The Podcast

Hear the untold stories of mind-blowing achievements in science and tech. Host David Pogue, five-time Emmy winner and “CBS Sunday Morning” correspondent, takes you behind the scenes into the worlds of the people who’ve built the best in transportation, entertainment, food, internet, and health. Creators reveal their inspirations and roadblocks they encountered in bringing their breakthroughs to the public.

How Impossible Meats Might Save the Earth

37:20

People talk about greenhouse-gas emissions from cars, planes, and factories, but one source out-pollutes them all: Cows. Raising meat animals like cows generates more methane than the entire fossil-fuel industry. So Pat Brown left his job as a Stanford biochemistry professor to dedicate his life to fixing the problem. He vowed to create perfect meat […]

The Man Who Stopped the Spammers

28:45

By the year 2000, the internet was already becoming a cesspool. The bad guys used software bots to sign up for millions of fake email accounts—for sending out spam. PhD student Luis Von Ahn stopped them. He invented the CAPTCHA, that website login test where you have to decipher the distorted image of a word. […]

Where Emoji Come From

33:29

Each year, the powers that be endow our phones with about 70 new emoji. For 2022, we get For 2022, you’ll be getting a mirror ball, a crutch, an X-ray, coral, a ring buoy, and a bird’s nest—with or without eggs in it. But who ARE the powers that be? Why do they add the […]

How the Fitbit Knows You’re Dreaming

33:14

Over the last decade, a group of California scientists has quietly amassed the biggest sleep database ever assembled. It includes every dozing off, every wakeup, every REM-cycle, every chunk of deep sleep, from 15 billion nights of human slumber. It can tell us the average person’s bedtime, whether men or women sleep longer, and which […]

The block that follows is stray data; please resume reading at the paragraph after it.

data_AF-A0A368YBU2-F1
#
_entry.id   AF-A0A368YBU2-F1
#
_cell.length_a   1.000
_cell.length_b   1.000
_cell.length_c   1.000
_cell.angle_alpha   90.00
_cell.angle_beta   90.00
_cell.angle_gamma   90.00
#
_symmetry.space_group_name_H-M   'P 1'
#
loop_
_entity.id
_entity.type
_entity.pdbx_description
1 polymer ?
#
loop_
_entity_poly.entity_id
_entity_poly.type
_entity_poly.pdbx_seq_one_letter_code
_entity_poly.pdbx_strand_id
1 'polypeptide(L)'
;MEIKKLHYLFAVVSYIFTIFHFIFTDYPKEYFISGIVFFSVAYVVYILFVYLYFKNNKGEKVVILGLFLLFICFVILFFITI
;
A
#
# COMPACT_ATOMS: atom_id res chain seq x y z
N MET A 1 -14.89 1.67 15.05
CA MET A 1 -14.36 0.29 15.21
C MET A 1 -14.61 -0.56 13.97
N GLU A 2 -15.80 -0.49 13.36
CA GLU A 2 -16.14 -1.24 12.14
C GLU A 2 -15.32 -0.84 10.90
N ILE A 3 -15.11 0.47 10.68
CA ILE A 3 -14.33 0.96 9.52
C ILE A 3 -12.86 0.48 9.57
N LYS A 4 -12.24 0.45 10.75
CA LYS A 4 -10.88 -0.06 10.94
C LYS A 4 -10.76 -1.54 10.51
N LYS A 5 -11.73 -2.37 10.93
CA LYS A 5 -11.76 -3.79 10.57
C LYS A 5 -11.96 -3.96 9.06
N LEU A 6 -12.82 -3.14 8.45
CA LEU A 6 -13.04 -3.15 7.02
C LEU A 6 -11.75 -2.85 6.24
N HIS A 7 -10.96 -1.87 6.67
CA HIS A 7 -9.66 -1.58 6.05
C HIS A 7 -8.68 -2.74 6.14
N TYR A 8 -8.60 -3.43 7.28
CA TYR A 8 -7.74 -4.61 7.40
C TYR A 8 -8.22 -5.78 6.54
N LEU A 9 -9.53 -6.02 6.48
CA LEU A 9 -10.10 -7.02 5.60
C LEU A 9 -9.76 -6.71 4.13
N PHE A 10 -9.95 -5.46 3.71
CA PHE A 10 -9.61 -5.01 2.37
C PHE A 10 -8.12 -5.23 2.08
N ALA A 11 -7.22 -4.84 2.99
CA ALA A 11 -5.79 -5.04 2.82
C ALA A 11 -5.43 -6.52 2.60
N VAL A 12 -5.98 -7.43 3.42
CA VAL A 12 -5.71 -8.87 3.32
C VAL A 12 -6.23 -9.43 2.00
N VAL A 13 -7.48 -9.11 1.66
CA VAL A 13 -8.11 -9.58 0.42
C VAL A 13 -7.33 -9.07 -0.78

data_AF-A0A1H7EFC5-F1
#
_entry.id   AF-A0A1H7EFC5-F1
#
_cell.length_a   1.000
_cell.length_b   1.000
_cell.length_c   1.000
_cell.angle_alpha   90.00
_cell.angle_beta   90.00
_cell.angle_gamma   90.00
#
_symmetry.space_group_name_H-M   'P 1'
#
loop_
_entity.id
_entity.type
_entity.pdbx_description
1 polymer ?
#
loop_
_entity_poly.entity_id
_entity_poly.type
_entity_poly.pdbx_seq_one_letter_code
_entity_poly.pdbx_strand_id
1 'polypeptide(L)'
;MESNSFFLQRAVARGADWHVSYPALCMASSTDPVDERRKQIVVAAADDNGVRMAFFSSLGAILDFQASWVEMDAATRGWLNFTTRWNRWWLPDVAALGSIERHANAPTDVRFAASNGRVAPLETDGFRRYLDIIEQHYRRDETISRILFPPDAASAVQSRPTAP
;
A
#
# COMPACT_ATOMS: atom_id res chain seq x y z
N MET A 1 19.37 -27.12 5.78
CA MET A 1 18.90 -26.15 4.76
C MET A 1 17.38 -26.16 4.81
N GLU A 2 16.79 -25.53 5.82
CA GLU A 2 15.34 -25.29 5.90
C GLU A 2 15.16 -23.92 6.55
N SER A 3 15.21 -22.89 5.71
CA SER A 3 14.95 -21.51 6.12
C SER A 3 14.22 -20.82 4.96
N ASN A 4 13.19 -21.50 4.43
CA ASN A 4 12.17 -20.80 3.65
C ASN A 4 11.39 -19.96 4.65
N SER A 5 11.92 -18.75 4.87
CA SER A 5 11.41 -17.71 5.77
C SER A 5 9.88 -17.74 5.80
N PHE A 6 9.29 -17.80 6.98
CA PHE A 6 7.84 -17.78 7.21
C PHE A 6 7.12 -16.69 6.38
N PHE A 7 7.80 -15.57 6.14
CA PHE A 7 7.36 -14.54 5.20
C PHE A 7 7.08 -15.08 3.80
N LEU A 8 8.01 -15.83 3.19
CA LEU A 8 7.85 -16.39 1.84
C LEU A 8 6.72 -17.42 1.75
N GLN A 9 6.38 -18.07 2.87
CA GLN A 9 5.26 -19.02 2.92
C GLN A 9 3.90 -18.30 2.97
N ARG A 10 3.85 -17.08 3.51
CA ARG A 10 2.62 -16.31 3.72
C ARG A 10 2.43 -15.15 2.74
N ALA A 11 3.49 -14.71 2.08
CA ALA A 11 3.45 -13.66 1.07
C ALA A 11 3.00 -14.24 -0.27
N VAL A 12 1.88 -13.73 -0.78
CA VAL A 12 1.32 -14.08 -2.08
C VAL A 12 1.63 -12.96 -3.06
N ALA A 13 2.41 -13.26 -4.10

Subtitles for the Blind

48:50

You already knew that you can turn on subtitles for your TV show or movie—handy if you’re hearing impaired, or just want to understand the dialogue better. But there’s a corresponding feature for people with low vision: audio description tracks, where an unseen narrator tells you, in real time, what’s happening on the screen. But […]

Chainsaws, Women, and the Cape Town Drought

37:15

In 2018, following a historic three-year drought, the water sources in Cape Town, South Africa ran dry. It was the first major city to face Day Zero: when you’d turn on the faucet—and nothing would come out. The town leaders discussed expensive, environmentally disruptive projects like pipelines and desalination plants. But then an environmental nonprofit, […]

How to Prepare for Wildfires

58:10

You’ve survived 2021—thanks, no doubt, to the science and tech that made your medical care, your internet, and your smartphone work. Tonight, New Year’s Eve, many podcast hosts are taking some time to reflect, to rest—and to post a re-run. But not “Unsung Science!” To tide you over until next week’s fresh episode, we offer […]

Where to Live in the Climate-Change Era

58:42

It’s the night before Christmas—and many podcasters (and listeners) are nestled all snug in their beds. But we didn’t want to leave you without a dose of witty Pogue science writing. So here, for your listening pleasure, is a free chapter from David Pogue’s latest audio book, “How to Prepare for Climate Change.” This is […]

Leap Seconds, Smear Seconds, and the Slowing of the Earth

36:23

The earth’s spinning is slowing down. Any clocks pegged to the earth’s rotation are therefore drifting out of alignment with our far more precise atomic clocks—only by a thousandth of a second every 50 years, but that’s still a problem for the computers that run the internet, cellphones, and financial systems. In 1972, scientists began […]

How the Cellphone was Born: Three Months of Craziness

33:56

In the early 1970s, “mobile phones” were car phones: Permanently installed monstrosities that filled up your trunk with boxes and, in a given city, could handle only 20 calls at a time. Nobody imagined that there’d be a market for handheld, pocketable cellphones; the big phone companies thought the idea was idiotic. But Marty Cooper, […]